Brace yourselves, winter is coming
A pedestrian walks through blizzard-like conditions in Halifax as heavy snow, high winds and pounding surf hit most of Atlantic Canada on Tuesday, March 13, 2018. (THE CANADIAN PRESS/Darren Calabrese)
Published Monday, November 4, 2019 4:57PM AST
Last Updated Tuesday, November 5, 2019 11:32AM AST
HALIFAX -- There is a good chance that part of the Maritimes will experience a heavy November snowfall on Friday.
There is an outbreak of very cold Arctic air underway in the Prairie provinces. A deep trough (dip to the south) of the jet stream will allow this cold air to move across Ontario and Quebec and into Atlantic Canada by the end of this week. In the Maritimes we will really begin to experience this chill Thursday night into Friday morning.
At the same time, a strong low-pressure system will move northward just off the eastern seaboard of the United States. The heavy moisture wrapped up in that storm combines with the cold air to give the Maritimes a chance to see the first significant snowfall of the season.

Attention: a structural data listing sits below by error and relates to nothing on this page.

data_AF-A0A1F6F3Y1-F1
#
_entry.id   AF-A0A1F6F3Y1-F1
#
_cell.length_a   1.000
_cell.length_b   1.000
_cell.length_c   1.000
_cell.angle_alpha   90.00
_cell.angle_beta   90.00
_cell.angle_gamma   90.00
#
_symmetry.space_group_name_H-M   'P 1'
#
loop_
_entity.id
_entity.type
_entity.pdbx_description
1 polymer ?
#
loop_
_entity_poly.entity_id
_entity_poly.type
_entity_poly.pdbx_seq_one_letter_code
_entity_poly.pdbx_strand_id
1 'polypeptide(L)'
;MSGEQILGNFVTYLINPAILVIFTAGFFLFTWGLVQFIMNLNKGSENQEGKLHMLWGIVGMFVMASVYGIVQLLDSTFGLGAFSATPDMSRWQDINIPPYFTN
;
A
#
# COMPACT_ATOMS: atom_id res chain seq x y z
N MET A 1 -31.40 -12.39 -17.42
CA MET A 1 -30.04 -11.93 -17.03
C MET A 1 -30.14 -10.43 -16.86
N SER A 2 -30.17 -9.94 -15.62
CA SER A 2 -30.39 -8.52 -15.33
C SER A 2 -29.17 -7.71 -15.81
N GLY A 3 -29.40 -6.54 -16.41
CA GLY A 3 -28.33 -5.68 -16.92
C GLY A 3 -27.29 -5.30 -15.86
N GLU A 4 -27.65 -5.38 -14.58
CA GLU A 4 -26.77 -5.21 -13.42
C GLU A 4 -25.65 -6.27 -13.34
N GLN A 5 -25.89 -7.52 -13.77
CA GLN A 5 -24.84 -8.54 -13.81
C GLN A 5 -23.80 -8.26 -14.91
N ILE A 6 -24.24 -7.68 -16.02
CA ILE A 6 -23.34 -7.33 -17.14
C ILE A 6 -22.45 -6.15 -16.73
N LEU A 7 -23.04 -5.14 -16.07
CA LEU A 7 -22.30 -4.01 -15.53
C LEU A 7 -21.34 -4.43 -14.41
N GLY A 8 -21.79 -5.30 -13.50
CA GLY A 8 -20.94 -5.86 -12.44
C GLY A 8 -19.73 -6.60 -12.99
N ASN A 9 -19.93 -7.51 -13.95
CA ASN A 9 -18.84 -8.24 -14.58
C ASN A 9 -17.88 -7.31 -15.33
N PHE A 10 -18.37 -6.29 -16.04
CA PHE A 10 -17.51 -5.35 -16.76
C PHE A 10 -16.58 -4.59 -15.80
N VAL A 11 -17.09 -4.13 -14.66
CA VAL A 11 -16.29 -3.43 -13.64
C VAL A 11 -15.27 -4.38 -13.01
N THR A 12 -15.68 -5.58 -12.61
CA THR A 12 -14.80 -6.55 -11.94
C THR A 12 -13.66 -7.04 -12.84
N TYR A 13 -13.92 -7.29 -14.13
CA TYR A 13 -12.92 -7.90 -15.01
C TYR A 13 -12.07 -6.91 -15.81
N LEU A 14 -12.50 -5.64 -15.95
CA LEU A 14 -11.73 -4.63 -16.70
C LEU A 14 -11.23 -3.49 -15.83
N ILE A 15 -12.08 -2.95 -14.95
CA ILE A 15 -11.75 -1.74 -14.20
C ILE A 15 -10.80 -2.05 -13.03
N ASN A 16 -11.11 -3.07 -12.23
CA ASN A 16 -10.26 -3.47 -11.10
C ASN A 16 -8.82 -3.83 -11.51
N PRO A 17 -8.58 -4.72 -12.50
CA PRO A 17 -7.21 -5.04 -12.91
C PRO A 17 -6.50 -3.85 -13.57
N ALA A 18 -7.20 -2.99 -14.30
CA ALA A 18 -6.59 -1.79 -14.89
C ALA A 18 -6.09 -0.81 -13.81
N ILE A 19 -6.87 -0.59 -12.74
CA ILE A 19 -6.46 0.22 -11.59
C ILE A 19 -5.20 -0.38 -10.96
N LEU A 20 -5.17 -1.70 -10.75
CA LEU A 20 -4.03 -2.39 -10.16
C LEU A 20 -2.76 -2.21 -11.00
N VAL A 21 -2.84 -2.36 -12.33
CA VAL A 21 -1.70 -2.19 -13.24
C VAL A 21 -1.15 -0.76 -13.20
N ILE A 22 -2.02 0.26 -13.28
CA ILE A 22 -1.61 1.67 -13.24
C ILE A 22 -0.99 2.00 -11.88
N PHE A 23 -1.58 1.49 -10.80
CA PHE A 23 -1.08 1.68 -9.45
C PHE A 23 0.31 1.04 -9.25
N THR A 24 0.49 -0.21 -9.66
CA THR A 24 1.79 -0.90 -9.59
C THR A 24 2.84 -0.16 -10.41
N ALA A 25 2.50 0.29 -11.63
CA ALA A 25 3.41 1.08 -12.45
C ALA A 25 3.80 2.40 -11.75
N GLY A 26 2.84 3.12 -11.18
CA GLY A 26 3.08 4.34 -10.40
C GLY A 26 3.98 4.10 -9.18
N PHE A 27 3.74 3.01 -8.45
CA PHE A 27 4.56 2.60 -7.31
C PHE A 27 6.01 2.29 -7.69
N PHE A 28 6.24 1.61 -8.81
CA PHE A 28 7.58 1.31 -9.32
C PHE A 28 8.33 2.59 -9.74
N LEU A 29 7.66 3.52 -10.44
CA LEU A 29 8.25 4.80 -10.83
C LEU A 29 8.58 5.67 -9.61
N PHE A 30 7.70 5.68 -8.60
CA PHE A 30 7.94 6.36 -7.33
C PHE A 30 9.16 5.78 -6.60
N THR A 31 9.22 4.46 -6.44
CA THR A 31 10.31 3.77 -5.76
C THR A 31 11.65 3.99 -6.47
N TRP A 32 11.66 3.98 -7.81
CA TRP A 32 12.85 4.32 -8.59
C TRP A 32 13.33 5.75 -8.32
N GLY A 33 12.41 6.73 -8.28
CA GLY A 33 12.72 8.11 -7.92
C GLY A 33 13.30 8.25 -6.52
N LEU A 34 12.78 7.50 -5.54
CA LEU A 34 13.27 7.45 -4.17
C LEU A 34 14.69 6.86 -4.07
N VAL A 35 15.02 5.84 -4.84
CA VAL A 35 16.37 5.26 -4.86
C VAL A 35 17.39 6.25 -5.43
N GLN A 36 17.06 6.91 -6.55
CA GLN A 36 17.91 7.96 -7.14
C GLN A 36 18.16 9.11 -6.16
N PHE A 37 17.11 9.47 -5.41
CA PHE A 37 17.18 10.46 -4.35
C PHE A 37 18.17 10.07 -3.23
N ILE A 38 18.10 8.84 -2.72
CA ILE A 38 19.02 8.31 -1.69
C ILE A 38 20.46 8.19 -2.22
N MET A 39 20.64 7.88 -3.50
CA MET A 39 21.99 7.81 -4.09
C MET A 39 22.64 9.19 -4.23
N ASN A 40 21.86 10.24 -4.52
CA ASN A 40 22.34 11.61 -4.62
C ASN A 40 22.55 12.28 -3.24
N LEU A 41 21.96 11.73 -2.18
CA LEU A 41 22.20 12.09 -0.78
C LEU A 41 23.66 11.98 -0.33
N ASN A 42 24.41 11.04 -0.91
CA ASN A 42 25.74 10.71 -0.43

Now, who will see that snow and how much is still to be determined. As the storm moves past it will have a snowy western side and a rainy eastern side. This means that the exact track (or path) the system takes through the Maritimes will determine the specific impacts to communities in the region.
Currently, it looks like a path through the southwest of Nova Scotia or up the Bay of Fundy is most likely. That would bring the highest chance of a heavy snowfall (15 or more centimetres) across central and southern New Brunswick, western P.E.I., and possibly northern Nova Scotia (Cumberland/Colchester Counties). Other parts of the Maritimes would need to watch for a bit of snow to start followed by heavy rain. A shift further west with that track would push the chances of heavy snow into far northern New Brunswick and possibly even Quebec. A shift further to the east could expand the chance of more significant snow further into eastern P.E.I. and Nova Scotia.
Details of the Friday forecast will improve over the next few days. By Wednesday and Thursday, a much clearer picture of snowfall and rainfall amounts, as well as wind strength, will be available. For now, just be sure you are checking in frequently on the forecast for Friday and that you are prepared to adjust your activities during the day to accommodate the weather.
On Monday afternoon, Environment Canada issued special weather statements for New Brunswick, Nova Scotia and Prince Edward Island, cautioning Maritimers of the potential for heavy snow, rain, and strong winds.
I'll be following and updating the forecast for this system all week here on atlantic.ctvnews.ca and on CTV News at noon, 5, 6, and 11:30 p.m.